Faster, Cheaper iPhone to Draw Crowds Around Globe
The new iPhone is expected to attract hordes of buyers when it goes on sale on Friday in more than 20 countries, helping Apple handily beat its target to sell 10 million of them by the end of 2008.
The much-anticipated smartphone has faster Web links than the first iPhone, supports third-party software like games, and is being heavily subsidized by many phone carriers, with some even giving it away to attract new subscribers.
Atlantic Equities analyst James Cordwell said Apple may sell more than a million new iPhones in the first weekend, partly because it is selling in so many more countries than the first one, which was only available in six.
Some 270,000 people bought the first iPhone in the few days after its launch in late June 2007, after many U.S. customers had lined up for days outside its stores. AT&T, the sole U.S. carrier, will shoulder much of the cost for the latest phone to halve the price.
"They're going to bring users in droves to this product," Deutsche Bank analyst Chris Whitmore said. He sees Apple burying its own 10 million sales target by selling about 10.5 million of the new high-speed iPhones this year, having already sold more than 6 million of the first one to date.
Whitmore said price and distribution were two key reasons why the new device, which plays music and supports corporate e-mails, would outsell its predecessor.
While some analysts expect the new phone to sell best in the United States and Western Europe, consumer excitement in new markets such as Hong Kong, Japan and New Zealand appeared to foretell strong demand in other markets too. "The key is less likely to be demand and more likely to be supply," said Atlantic Equities' Cordwell.
In Hong Kong, Hutchison Telecommunications was flooded with 60,000 online applications over the weekend from consumers hoping to buy the 500 phones on sale there. In New Zealand, which will be the first country to sell the phone due to its time zone, people started lining up outside a Vodafone store on Tuesday, according to a local paper.
02, the U.K. arm of Telefonica, said its website was overwhelmed with early orders on Monday after being hit with 13,000 orders per second during the peak, according to a spokesman who said it had sold out in a few hours. The carrier, which is giving the phone away to customers who commit to specific data service packages, said it has stock left to sell in stores Friday and expects more deliveries.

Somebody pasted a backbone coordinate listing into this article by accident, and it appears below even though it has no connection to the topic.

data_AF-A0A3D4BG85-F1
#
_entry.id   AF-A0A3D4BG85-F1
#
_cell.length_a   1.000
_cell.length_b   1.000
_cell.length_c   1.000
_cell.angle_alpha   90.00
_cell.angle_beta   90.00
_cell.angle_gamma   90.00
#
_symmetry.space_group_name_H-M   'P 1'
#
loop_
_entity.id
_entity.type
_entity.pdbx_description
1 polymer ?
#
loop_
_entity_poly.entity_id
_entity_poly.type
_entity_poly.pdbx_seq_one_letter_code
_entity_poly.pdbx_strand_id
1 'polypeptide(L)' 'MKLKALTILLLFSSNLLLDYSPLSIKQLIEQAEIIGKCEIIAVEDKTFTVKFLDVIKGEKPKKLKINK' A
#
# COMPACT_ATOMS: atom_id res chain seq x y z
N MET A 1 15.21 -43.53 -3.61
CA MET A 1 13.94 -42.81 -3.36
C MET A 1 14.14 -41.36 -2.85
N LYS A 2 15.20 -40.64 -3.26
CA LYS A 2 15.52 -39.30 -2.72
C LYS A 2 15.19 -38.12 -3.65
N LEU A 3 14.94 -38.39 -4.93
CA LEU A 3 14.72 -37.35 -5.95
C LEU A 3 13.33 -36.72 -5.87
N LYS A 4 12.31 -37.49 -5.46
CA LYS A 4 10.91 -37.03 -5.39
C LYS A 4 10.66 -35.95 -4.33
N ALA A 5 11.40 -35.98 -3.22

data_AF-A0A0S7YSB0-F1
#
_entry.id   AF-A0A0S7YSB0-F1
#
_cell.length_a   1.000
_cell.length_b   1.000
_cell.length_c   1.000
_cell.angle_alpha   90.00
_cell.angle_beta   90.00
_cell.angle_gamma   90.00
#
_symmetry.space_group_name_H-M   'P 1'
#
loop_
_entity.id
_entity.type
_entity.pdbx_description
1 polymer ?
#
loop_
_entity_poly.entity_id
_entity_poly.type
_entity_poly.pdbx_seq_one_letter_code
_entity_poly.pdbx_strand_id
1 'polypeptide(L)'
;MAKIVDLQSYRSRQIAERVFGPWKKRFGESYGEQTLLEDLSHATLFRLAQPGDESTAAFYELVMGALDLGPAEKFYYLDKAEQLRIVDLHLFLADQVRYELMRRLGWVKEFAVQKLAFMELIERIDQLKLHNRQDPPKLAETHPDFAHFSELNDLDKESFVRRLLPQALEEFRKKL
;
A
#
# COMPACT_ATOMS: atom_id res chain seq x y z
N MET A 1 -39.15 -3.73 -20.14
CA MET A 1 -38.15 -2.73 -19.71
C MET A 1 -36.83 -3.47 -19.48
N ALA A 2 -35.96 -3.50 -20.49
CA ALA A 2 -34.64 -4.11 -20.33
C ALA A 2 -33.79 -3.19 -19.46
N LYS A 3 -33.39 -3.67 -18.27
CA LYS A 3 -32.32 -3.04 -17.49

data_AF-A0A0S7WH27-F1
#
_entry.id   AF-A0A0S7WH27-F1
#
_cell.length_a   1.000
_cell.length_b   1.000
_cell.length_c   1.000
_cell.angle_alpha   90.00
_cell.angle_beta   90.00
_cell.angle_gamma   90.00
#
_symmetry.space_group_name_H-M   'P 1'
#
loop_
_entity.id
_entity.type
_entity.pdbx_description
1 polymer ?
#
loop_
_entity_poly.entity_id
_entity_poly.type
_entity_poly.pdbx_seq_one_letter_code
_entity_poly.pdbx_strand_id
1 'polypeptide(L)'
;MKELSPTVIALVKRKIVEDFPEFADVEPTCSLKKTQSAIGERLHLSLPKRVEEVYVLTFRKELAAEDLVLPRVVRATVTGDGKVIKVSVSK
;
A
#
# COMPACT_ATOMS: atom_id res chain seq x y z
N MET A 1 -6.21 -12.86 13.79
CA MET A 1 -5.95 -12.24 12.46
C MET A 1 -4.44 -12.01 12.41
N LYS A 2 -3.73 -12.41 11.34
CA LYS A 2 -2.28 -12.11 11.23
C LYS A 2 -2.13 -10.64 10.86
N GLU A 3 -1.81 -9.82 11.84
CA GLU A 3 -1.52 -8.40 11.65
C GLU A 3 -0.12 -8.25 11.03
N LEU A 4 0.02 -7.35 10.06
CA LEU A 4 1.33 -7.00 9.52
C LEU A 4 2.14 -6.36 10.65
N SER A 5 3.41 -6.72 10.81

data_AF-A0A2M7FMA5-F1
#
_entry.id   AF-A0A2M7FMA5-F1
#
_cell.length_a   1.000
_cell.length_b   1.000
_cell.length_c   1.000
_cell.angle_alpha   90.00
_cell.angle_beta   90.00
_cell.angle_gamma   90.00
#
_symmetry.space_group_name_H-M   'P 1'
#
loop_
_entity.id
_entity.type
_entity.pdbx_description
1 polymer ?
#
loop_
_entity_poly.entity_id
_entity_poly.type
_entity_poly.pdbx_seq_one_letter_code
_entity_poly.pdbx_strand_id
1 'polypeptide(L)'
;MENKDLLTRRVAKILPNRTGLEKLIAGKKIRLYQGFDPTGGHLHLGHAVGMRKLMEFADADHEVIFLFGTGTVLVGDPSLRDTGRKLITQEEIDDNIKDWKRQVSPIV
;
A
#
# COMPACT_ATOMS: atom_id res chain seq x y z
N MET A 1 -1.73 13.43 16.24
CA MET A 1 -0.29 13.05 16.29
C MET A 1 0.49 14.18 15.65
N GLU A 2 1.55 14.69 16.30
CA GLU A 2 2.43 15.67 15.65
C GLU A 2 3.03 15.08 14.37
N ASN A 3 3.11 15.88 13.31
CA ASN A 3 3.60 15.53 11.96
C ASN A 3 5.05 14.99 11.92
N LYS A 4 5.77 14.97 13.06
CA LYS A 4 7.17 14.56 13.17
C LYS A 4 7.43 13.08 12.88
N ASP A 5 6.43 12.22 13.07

Carphone Warehouse Plc, a U.K. phone retailer, said interest for the latest iPhone is 10 times higher than for the first device. Neither company gave specific sales figures. T-Mobile, owned by Deutsche Telekom, said it has received orders for several thousand iPhones in Germany alone, where the cheapest iPhone will sell for 1 euro. It also plans to offer it in the Netherlands and Austria starting on Friday.
Pent Up Demand
Investors will be particularly interested in demand in Japan, where consumers have a strong penchant for advanced mobile devices. Some see the plan by Japan's number-three mobile service provider, Softbank, to sell the iPhone as a big threat to market leader NTT DoCoMo as Apple fans were already lining up in Tokyo two days before launch.
But many analysts are skeptical the device will be popular among mainstream customers as it does not support television services or electronic payment features widely used in Japan. However, Mitsubishi UFJ Securities analyst Shinji Moriyuki said Softbank stores were getting 50 to 100 inquiries a day per store about iPhones, compared with up to 30 a day before the launch of DoCoMo's popular 906i device series.
Research firm Enterbrain said 6.7 percent of 1,200 people it surveyed in Japan wanted to buy an iPhone immediately, while 35.7 percent were interested but undecided. Even in mainland China, where Apple has announced no carrier deals or official plans to sell the phone, retailers were gearing up to sell gray-market iPhones.
Many carriers are making buyers of subsidized iPhones commit to contracts they cannot break without a penalty, to discourage them from unlocking the phone to work on other networks. But a merchant on the third floor of the Cybermart mall on Shanghai's posh Huaihai Road said hacking would still happen.
"As soon as we get it from Hong Kong and bring it over and unlock it, you should be able to buy it here by the end of July at the latest," said the vendor, whose surname was Zhang. "The Chinese are very quick at unlocking iPhones."
Apple still gets paid for hacked phones. Whitmore estimated iPhone gross profit margins at more than 50 percent, versus his estimate for iPod margins in the low 30 percent range. "To the extent it cannibalizes iPod, it's better economically for Apple," he said.
(Reporting by Sinead Carew; additional reporting by Sophie Taylor in Shanghai, Sachi Izumi in Tokyo, Nicola Leske in Frankfurt, Edwin Chan and Vinicy Chan in Hong Kong, Georgina Prodhan and Kate Holton in London; Editing by Braden Reddall)